This seems to me virtually identical to the activity that Dewey (1925/1981) terms “cultivated naiveté” in Experience and Nature. Dewey describes it as ongoing interpretive dialectic between self and world that resists closure, and whose purpose is to help us recover and critically renew our relations with the constituents of our experience through a tentative act of “intellectual disrobing.” (Ross Posnock [1991] has remarked on the insights that Dewey himself gleaned through this cultivated naiveté while visiting the Soviet Union and later as chair of the Trotsky Commission.) Genuine humanism, for Kestenbaum, is this habit of vigilance – “the middle term between presence and absence, the play of presence and absence made habitual” (p. 87). And this makes it a necessity, he would have us believe, for the fundamentally “spiritual enterprise” of education (p. 122).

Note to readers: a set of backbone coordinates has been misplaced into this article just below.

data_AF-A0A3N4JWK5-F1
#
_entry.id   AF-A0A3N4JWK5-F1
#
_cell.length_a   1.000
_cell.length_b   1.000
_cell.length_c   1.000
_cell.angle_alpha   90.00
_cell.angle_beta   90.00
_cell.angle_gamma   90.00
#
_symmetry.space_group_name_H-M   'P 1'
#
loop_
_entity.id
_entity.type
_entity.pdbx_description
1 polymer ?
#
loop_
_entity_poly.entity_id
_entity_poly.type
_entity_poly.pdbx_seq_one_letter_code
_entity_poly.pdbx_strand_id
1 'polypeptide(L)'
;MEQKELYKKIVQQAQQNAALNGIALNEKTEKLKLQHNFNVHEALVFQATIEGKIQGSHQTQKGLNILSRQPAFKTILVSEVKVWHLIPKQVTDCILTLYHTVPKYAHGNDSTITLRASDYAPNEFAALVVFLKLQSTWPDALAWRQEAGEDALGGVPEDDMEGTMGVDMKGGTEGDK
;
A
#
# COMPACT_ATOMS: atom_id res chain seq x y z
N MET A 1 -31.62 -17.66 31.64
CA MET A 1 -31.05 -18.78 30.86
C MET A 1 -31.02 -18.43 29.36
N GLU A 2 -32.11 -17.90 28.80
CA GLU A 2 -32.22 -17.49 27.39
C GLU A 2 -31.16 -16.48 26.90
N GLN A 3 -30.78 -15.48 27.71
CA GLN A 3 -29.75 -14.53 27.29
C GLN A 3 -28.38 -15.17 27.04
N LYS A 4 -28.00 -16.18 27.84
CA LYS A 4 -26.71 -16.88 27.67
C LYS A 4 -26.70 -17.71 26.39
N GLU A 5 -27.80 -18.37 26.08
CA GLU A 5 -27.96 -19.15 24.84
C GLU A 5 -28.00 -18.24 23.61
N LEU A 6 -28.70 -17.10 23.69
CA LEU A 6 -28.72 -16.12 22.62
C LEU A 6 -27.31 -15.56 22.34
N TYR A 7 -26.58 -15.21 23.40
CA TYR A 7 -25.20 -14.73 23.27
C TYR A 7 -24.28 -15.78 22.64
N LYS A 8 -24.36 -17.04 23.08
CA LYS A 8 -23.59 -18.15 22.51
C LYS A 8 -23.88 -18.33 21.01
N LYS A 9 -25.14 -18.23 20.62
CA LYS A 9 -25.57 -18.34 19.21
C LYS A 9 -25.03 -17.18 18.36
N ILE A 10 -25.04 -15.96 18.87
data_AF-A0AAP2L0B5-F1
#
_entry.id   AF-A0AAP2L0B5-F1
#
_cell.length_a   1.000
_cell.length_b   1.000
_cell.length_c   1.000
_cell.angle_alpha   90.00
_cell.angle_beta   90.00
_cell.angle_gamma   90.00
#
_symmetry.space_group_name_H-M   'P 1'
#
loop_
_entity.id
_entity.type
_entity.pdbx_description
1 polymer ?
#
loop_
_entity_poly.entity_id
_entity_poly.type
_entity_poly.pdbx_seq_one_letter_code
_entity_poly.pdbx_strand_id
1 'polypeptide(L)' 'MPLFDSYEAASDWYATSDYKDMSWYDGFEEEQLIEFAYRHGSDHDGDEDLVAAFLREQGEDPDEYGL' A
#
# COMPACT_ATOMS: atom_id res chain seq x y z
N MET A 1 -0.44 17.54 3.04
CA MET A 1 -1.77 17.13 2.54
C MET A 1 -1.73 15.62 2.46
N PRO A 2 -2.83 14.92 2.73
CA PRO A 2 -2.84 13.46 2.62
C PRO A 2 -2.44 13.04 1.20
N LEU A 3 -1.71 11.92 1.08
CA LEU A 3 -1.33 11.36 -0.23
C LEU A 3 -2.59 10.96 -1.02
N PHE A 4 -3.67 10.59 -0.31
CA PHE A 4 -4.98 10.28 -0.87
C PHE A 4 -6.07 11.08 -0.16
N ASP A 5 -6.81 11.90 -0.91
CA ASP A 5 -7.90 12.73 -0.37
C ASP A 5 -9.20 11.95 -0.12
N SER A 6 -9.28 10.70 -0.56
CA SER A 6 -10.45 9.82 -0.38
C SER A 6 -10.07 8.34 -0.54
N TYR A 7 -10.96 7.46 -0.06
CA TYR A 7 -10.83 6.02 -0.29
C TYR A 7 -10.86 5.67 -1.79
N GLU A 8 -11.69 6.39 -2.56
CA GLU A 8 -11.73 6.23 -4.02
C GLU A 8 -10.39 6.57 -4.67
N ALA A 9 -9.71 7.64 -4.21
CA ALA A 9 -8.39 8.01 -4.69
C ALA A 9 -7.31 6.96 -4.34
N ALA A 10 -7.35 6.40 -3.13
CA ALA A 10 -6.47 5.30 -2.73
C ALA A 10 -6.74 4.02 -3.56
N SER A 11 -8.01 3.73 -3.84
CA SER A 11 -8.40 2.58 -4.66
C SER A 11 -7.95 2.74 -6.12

Kestenbaum maintains that “students, teachers, and professors ‘deal in intangibles and invisibles.’” He means by this that the self being educated “is not fully specifiable, determinable, or investigable…and that self-realization involves accessible and not so readily accessible dimensions” (p. 122). The transformative interplay of the declared (accessible or known) self and undeclared (inaccessible or unknown) self is what makes education a spiritual enterprise. By way of illustration, Kestenbaum examines the customary activity of “choosing or declaring a major in college” (p. 124). He points out that this activity asks “students to declare or announce a self, an actual self and a possible self” (p. 125). And yet in marking this activity as a specific event, a one-time life choice rather than an opportunity for self-discovery, we essentially deny the indeterminacy and fragility of the undeclared self. We deny, that is, the prospects for a self-transcending “educational adventure” in the process of choosing a major (p. 131). Think, for instance, how problematic it is that we ask students to declare a major in teacher education at only eighteen or nineteen years of age. What might this forced declaration mean for these students’ undeclared selves? To what extent are we compelling them to assimilate or bypass their undeclared selves? And what does our current infatuation with professional values and norms mean for the kinds of teachers (or selves) our students are to become? What wisdom and virtues as future teachers are potentially lost to this denial of the undeclared self? Such provocative questions are elicited recurrently throughout The Grace and the Severity of the Ideal. They are the kinds of questions, Kestenbaum believes, that one can readily find at many points in Dewey inquiries along the frontiers where “the natural and the transcendental touch” (p. 137).